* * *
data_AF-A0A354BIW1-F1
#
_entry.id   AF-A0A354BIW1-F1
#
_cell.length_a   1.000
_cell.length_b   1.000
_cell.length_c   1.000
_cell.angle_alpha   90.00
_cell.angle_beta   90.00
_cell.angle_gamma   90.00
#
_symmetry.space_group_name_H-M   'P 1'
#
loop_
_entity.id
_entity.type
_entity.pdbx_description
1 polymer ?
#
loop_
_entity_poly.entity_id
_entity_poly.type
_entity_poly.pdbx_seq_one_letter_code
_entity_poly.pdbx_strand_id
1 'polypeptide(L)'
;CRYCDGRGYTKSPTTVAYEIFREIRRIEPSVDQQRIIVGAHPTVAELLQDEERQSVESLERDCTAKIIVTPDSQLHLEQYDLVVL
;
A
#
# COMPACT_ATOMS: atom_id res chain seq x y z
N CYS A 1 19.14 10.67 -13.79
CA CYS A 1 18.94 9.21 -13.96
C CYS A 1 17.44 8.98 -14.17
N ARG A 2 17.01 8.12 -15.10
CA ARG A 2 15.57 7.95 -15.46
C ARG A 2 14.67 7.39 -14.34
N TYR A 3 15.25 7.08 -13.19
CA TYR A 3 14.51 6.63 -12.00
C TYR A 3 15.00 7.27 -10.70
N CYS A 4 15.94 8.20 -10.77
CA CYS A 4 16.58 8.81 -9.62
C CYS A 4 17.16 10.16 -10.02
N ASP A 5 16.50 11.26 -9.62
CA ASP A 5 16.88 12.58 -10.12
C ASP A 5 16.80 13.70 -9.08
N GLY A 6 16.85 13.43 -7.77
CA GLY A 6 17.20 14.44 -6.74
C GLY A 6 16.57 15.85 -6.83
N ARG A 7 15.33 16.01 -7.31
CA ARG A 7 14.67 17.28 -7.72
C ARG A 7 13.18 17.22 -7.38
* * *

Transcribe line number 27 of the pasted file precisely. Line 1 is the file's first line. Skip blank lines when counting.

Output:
;